Outside In



Two instances last year had me thinking Outside In…

One was a night-search for a murder suspect. Clearing a trailer home surrounded by dark woods, where we thought the shooter could still be out there, and where we did not – could not – own the outside. And where someone inside left all the lights on.

The other was an intense training where, not owning the outside, and clearing with white light, saw us inside repeatedly shot up with marking cartridges from outside the structure by those watching and shooting from the dark. Ouch.

Far too often – indeed almost exclusively – when we think of clearing, what do we do? We pie and enter doorways, we own angles, we clear corners – check under beds and in closets etc. and then move on to the next room where start all over again.

How often do we pie windows, specifically from inside looking out?

We’ve learned – or should have – to try to see our exposure to angles from which we can be seen – deep inside a room across the hall, or down the hall, or from above or below. How often do we take the exterior window, the angles looking in, into account?


We are, actually, fairly used to being on the outside, and trying to see our angles of exposure to someone inside trying to target us.

But rarely do we do the reverse.

Certainly if I am clearing a location with a full team, and we own the outside, the windows are not much of a concern, generally. Primarily we would be cognizant of a good guy-on-good guy engagement as we can enter a room and see a muzzle outside the window. Or from over a fence in the next yard over, as in a recent blue-on-blue shooting tragedy.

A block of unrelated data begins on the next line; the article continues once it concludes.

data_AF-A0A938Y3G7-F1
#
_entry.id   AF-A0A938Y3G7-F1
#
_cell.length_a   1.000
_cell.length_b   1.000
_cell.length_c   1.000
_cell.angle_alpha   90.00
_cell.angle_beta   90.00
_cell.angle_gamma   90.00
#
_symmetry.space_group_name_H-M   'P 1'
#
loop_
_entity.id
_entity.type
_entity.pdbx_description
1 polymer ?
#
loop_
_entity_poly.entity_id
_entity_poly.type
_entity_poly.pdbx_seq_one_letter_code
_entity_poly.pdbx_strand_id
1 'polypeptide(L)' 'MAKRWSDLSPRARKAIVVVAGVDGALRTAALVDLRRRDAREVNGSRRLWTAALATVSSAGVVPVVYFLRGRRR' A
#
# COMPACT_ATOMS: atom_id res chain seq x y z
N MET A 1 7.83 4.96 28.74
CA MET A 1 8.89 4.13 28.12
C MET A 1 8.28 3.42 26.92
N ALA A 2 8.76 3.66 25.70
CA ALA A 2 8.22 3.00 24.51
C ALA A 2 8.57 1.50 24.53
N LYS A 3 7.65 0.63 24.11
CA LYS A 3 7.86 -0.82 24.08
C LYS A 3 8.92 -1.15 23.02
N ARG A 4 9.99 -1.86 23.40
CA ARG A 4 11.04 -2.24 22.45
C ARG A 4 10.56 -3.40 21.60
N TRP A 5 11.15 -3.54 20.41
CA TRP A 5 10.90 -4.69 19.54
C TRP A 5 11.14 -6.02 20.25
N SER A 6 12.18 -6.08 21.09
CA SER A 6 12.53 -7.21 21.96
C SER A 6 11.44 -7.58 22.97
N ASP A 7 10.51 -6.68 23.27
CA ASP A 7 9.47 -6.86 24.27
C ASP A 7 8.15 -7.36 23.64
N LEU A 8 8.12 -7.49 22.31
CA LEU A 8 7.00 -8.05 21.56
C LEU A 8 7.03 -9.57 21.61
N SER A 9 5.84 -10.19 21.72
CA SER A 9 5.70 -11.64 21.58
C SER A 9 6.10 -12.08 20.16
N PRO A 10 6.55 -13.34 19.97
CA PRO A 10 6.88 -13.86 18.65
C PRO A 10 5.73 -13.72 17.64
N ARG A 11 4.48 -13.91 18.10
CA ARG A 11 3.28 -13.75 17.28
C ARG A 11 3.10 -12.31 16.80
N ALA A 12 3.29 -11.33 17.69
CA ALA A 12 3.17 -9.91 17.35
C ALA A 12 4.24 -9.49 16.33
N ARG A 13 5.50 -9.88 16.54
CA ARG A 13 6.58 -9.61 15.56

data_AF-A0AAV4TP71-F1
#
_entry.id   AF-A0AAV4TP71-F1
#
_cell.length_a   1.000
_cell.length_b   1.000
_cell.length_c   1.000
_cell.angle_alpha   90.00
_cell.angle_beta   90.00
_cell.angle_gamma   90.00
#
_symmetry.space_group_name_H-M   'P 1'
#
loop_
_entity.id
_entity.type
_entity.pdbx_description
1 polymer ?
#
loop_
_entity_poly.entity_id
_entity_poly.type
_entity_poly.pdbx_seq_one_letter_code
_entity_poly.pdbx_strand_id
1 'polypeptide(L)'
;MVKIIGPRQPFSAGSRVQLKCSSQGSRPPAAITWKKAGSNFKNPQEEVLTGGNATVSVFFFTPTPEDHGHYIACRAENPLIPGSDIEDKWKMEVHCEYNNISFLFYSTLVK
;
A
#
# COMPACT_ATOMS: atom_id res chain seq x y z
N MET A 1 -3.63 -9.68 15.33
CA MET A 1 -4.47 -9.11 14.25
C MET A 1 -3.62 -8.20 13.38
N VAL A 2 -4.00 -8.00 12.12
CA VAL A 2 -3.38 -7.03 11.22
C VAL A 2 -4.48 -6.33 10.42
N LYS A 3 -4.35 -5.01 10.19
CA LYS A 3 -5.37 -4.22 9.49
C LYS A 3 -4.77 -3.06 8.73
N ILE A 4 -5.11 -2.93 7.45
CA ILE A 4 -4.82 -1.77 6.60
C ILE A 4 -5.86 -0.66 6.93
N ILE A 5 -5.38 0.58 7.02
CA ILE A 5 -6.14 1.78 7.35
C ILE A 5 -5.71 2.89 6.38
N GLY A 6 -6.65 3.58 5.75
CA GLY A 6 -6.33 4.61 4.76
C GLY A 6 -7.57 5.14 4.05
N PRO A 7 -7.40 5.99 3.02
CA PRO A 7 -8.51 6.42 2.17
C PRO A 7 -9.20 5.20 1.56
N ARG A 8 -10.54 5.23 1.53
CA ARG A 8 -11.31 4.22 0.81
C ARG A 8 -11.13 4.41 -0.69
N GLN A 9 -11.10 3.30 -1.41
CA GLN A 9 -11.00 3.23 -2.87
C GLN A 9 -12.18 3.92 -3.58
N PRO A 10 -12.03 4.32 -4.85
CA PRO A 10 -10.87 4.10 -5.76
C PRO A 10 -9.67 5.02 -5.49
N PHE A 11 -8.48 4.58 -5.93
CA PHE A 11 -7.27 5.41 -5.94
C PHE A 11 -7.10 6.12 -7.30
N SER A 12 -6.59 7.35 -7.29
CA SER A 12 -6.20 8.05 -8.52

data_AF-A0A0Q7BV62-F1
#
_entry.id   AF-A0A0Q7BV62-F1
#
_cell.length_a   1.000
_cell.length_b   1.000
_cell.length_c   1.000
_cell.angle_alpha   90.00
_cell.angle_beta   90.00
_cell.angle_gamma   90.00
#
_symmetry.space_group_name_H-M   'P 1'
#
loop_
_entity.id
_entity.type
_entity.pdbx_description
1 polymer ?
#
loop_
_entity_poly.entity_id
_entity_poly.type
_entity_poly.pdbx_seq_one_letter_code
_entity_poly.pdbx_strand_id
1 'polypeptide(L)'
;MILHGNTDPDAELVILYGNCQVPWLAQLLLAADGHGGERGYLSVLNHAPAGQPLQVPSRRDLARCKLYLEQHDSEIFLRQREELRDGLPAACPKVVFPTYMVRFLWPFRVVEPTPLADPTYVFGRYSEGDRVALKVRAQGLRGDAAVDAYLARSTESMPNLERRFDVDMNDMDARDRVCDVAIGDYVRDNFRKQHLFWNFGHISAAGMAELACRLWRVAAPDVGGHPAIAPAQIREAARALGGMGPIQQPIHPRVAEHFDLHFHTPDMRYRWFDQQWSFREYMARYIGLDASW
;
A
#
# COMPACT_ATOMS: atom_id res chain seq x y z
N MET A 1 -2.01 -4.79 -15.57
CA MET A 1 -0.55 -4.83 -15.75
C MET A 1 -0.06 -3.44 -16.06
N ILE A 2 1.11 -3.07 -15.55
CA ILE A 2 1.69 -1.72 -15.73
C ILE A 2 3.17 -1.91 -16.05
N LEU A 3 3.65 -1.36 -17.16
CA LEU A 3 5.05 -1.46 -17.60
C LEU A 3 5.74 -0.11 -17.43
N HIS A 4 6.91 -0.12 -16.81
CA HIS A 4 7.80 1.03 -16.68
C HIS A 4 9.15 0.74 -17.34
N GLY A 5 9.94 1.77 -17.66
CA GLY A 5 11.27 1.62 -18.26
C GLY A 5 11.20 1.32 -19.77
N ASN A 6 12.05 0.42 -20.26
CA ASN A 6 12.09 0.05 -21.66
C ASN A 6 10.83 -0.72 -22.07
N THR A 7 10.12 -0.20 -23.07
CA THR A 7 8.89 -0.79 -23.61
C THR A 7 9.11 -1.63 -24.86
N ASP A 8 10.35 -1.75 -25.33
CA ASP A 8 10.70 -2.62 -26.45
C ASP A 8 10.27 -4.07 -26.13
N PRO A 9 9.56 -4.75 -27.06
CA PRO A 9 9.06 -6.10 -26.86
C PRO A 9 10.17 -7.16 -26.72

But I have done far, far, more clears where the outside was not owned. Burglary calls, alarms, suspect searches, etc. where we clear the inside of a place – maybe somebody goes to the back for a squirter (someone that squirts out the back when you enter the front) – but there is no security posted outside that can cover all the windows from the outside while we clear inside.

There just isn’t the staffing for that.

How about clearing your own home* – as a home defender skilled in personal defense?  Who owns the outside then?

That’s right, the person or people intruding, or lurking out there in the dark for whatever reason. Home invasion crews are not at all unusual. Maybe your house was mistaken for a dope house and it’s being hit by a group. Maybe even a coordinated team. Though weed is legal now in the Pacific Northwest, we still see these things fairly regularly. Maybe it’s not the wrong house. Perhaps you have a medicinal stash….or you are jeweler…or a restaurant or small business owner with a reputation for taking the proceeds home at night so you can go to the bank in the morning.

Let there be Light?

Clearing with white light  is a beacon for those inside looking at you, and those outside looking in. Skillful manipulation of light will mitigate this, but it can never fully do so. Someone waiting in the dark will be able to read your light, especially if you are careless and use too much of it, or cause splash-back from lighting up an interior wall that you are standing next to.

We know what we can see looking at these guys down the hall -what would a threat outside this window see?



I thought I was pretty decent running a light – many years of training,  low light instructor certification, lots of practical application over many hundreds of clears and searches – until I went to the aforementioned training that, to put it gently, pushed in my poop.

If, as Ken Good – the author of the Bible on low light engagements has aptly put it, “all dark holes have guns,” then the windows in the rooms we are in are dark holes, aren’t they?

Hell, at night, everything around our homes, or the places we are clearing, are dark holes.

It’s better if the guns in those dark holes are ours.


* This is a nuanced subject with me. I am not a proponent of solo clears of any locations, including the home, outside very limited and particular circumstances, and I think a lot of training in this area is more entertrainment than anything else


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